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Major agent predicts 10% house price decline next year

House prices could fall by 10% next year as higher mortgage pricing and rising inflation dampen buyer budgets, Savills has warned.

The agency and property brand has released new forecasts amid the latest Bank of England interest rate hike.

It has predicted that activity levels will fall to a little under three quarters of those seen pre-pandemic, as first-time buyers and buy-to-let investors bear the brunt of increased affordability pressures next year when the base rate is expected to peak at 4%.


Savills is predicting transactions will drop to 870,000 in 2023 before bouncing back to 1m in 2024 and remaining flat at 1.1m between 2025 and 2027.

It suggests there will be a growing divergence between cash and equity rich or cash buyers and other groups in their ability to transact, and between the mainstream market and prime markets where housing wealth is most concentrated. 

On the assumption that interest rates gradually ease back from the middle of 2024, Savills is forecasting that values will begin to recover and that the average UK house price will rise by a net figure of 6% in nominal terms over the next five years.

By end of the forecast period, the average UK house price is expected to be at £381,578, a £22,290 gain over five years. 

Lucian Cook, Savills head of residential research, said: “The housing market has remained remarkably strong through the first nine months of 2022, but demand dynamics changed over the autumn with the realisation that the Bank of England would need to go faster and further to tackle inflation.

“A new prime minister and fiscal policy U-turns appear to have reduced some of the pressure on interest rates, but affordability will still come under real pressure as the effect of higher interest rates feeds into buyers’ budgets. 

“That, coupled with the significant cost of living pressures, means we expect to see prices fall by as much as 10% next year during a period of much reduced housing market activity.”

Cook said there are several factors that will insulate the market from the risk of a bigger downturn as seen after the financial crisis including stress testing by mortgage lenders.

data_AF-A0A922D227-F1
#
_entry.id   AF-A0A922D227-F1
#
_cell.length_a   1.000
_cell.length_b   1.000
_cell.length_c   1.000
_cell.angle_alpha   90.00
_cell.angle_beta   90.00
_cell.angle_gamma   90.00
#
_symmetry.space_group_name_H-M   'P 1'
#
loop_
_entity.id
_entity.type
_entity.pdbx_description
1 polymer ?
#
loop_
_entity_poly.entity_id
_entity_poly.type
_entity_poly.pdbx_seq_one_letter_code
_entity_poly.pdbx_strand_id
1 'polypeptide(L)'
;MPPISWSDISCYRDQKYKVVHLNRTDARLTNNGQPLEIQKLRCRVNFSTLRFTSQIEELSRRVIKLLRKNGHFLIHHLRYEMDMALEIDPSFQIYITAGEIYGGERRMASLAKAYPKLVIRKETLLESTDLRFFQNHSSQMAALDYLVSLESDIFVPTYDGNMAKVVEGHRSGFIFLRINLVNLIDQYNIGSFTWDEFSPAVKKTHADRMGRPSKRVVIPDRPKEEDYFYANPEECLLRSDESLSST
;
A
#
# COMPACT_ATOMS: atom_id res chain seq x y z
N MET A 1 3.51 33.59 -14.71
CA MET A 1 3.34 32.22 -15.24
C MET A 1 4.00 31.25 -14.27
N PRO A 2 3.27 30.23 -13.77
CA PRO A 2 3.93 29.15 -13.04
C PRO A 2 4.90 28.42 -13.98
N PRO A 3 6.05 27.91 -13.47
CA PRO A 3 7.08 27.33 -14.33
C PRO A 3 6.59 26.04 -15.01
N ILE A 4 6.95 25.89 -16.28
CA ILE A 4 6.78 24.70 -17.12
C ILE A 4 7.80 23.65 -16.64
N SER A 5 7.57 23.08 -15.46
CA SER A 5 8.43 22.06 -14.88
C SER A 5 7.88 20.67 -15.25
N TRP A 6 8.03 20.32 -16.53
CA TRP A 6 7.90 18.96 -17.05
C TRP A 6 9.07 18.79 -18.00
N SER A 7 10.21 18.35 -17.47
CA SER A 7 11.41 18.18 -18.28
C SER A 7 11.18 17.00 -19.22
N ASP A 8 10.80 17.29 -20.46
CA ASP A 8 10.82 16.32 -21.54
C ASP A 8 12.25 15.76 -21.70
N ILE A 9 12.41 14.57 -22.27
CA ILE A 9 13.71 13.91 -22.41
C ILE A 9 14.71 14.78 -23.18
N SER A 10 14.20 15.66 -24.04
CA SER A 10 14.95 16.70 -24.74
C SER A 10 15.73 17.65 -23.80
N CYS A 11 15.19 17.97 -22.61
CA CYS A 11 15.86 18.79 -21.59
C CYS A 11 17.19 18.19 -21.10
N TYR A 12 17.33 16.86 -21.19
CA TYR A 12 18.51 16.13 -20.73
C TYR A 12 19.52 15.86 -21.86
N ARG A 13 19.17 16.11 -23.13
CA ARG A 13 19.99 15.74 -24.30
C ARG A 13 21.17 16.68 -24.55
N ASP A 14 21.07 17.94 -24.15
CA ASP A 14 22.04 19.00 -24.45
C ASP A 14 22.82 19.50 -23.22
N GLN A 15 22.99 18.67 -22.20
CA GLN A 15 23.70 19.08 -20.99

He added: “ This, combined with relatively modest unemployment expectations and signs that lenders are looking to work with existing borrowers to help them manage their household finances, should limit the amount of forced-sale stock hitting the market next year.

“Looking longer term, the Bank of England’s relaxation of mortgage regulation over the summer has substantially enhanced the prospect of a price recovery; but only as and when interest rates start to be reduced, once inflationary pressures in the wider economy ease.

“Meanwhile, rental value growth will continue to outpace earnings growth in the short-term because of the pronounced imbalance between supply and demand, which will come as positive news to landlords already facing higher borrowing costs, but will put increasing pressure on struggling tenants.”

Savills said it expects mainstream housing markets furthest from London, where mortgage affordability is least stretched, to be the strongest performers over their five year forecast period, with slightly less short term downward pressure on prices and more capacity for price growth during the recovery.

Meanwhile, the prime housing markets are expected to see smaller price falls and a stronger recovery than their mainstream counterparts, due to less reliance on mortgage debt, Savills said.


2023 forecast

2024 forecast

2025 forecast

2026 forecast

2027 forecast

UK House Price Growth












Rental Growth






GDP growth*












Bank Base Rate*(year-end)






Source: Savills research, *Oxford Economics (Note: These forecasts apply to average prices in the second hand market. New build values may not move at the same rate.)


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